Ozone (CAS Reg. No. 10028—15—6) may be safely used in the treatment, storage, and processing of foods, including meat and poultry (unless such use is precluded by standards of identity in 9 CFR part 319), in accordance with the following prescribed conditions: (a) The additive is an unstable, colorless gas with a pungent, characteristic odor, which occurs freely in nature. It is produced commercially by passing electrical discharges or ionizing radiation through air or oxygen. (b) The additive is used as an antimicrobial agent as defined in § 170.3(o)(2) of this chapter. (c) The additive meets the specifications for ozone in the Food Chemicals Codex, 4th ed. (1996), p. 277, which is incorporated by reference. The Director of the Office of the Federal Register approves this incorporation by reference in accordance with 5 U.S.C. 552(a) and 1 CFR part 51. Copies are available from the National Academy Press, 2101 Constitution Ave. NW., Washington, DC 20055, or may be examined at the Office of Premarket Approval (HFS—200), Center for Food Safety and Applied Nutrition, Food and Drug Administration, 200 C St. SW., Washington, DC, and the Office of the Federal Register, 800 North Capitol St. NW., suite 700, Washington, DC. (d) The additive is used in contact with food, including meat and poultry (unless such use is precluded by standards of identity in 9 CFR part 319 or 9 CFR part 381, subpart P), in the gaseous or aqueous phase in accordance with current industry standards of good manufacturing practice. (e) When used on raw agricultural commodities, the use is consistent with section 201(q)(1)(B)(i) of the Federal Food, Drug, and Cosmetic Act (the act) and not applied for use under section 201(q)(1)(B)(i)(I), (q)(1)(B)(i)(II), or (q)(1)(B)(i)(III) of the act.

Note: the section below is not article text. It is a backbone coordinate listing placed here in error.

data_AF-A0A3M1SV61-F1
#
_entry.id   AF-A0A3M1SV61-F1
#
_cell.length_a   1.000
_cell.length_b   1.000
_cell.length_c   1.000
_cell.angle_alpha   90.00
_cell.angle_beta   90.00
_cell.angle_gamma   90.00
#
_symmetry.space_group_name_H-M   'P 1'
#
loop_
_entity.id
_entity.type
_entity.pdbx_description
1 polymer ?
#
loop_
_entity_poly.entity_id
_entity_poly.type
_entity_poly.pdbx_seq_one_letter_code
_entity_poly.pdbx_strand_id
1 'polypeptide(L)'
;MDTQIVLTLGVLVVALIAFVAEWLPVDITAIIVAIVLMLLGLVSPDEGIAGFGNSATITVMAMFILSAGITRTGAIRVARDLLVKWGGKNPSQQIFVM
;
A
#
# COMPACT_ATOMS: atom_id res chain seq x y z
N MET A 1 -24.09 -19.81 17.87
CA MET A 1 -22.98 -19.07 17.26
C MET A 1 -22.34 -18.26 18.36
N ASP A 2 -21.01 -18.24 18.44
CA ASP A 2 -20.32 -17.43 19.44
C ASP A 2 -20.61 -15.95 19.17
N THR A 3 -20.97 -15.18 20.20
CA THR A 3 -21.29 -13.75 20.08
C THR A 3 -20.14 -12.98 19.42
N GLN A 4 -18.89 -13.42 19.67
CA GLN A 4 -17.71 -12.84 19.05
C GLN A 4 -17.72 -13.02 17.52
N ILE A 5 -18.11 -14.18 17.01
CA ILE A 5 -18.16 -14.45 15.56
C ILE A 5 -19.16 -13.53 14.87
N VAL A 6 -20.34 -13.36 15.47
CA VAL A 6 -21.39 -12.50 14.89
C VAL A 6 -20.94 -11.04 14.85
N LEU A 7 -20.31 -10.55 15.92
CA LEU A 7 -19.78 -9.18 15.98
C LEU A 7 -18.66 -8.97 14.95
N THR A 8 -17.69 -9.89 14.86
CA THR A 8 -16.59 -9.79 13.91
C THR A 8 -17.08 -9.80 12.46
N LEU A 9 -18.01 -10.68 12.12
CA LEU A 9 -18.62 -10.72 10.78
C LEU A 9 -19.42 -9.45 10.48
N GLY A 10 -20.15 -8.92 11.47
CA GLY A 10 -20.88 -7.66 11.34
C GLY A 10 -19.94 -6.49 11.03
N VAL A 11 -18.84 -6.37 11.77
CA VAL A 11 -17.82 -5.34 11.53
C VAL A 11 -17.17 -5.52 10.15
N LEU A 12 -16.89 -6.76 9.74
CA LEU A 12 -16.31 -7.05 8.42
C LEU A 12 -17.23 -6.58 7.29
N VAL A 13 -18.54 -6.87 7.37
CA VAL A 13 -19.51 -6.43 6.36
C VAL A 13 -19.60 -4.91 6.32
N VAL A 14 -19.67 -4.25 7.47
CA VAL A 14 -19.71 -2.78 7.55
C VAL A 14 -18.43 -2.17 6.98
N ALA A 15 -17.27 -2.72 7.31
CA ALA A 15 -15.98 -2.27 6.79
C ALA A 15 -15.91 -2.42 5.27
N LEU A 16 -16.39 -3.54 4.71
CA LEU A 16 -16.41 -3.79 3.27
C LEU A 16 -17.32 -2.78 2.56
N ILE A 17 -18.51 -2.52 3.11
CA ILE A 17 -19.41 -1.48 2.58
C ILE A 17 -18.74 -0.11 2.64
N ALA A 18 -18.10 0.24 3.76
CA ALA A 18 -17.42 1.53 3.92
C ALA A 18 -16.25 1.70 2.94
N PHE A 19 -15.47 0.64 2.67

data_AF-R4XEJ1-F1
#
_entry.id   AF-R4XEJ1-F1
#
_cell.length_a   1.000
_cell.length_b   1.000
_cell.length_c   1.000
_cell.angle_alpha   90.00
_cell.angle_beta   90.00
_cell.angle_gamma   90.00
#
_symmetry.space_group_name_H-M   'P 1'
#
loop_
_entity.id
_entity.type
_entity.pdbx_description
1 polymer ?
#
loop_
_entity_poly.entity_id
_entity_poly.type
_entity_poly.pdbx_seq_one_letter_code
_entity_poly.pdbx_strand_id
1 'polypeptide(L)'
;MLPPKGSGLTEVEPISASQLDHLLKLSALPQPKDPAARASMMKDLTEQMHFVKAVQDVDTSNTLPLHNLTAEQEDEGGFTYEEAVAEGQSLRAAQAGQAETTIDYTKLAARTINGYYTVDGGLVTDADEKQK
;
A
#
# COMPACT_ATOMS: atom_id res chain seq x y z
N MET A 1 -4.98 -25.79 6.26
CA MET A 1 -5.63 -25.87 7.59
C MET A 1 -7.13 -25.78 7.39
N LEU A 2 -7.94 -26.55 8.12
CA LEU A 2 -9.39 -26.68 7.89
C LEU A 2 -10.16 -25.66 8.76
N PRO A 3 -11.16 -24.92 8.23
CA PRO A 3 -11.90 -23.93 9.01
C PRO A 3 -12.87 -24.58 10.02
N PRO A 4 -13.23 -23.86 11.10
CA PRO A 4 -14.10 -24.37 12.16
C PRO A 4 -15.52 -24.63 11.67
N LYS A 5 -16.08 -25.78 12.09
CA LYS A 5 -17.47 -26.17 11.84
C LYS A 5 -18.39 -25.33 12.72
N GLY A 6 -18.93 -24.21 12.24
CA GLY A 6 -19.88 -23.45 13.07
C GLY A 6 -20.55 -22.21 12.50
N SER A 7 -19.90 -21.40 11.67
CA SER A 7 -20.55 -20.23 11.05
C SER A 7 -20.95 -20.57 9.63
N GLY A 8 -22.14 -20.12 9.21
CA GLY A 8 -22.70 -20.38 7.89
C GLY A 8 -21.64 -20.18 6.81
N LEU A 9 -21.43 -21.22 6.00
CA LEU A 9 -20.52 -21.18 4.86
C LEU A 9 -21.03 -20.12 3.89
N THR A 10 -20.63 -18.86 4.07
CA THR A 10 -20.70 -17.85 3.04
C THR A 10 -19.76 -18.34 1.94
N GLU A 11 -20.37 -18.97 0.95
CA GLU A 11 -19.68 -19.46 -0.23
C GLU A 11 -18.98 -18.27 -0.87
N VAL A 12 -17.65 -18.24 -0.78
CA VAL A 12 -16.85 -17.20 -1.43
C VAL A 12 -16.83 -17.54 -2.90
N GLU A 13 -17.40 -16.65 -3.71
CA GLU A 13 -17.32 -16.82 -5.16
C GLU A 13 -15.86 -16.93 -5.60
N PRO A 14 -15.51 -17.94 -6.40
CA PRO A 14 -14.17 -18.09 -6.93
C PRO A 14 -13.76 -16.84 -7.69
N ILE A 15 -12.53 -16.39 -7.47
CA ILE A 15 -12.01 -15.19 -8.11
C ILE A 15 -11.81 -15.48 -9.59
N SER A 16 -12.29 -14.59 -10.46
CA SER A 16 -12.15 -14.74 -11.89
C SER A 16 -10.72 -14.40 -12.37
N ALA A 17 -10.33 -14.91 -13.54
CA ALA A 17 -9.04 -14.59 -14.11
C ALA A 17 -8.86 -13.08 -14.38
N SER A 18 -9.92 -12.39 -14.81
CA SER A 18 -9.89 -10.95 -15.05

USDA Guidance on Ingredients and sources of radiation used to reduce microorganisms on carcasses, ground beef, and beef trimmings:
Ozone is classified a Secondary direct food additive/processing aid allowable for all meat and poultry products.
FDA Federal Register Vol. 66 No.123 June 26, 2001
The Food and Drug Administration (FDA) is amending the food additive regulations to provide for the safe use of ozone in gaseous and aqueous phases as an antimicrobial agent on food, including meat and poultry. This action is in response to a petition filed by the Electric Power Research Institute, Agriculture and Food Technology Alliance.
This rule is effective June 26, 2001.
The April 13, 1998 FDA Guide to Minimize Microbial Food Safety Hazards for Fresh Fruits and Vegetables, states that “Ozone treatment of wash and flume waters holds promise as a treatment to control microbial build-up, especially in recycled water.”
However, with regard to chlorine: “Fruit and vegetable tissue components and other organic matter neutralize chlorine rendering it inactive against microorganisms.”
Full details are available here: Guidance for Industry
National Organic Program and Ozone
For specific information on the acceptable uses for ozone in organic food processing applications refer to our National Organic Program page.
Information on ozone products that can be used and information can be found by contacting our office or browsing the ozone products on our website.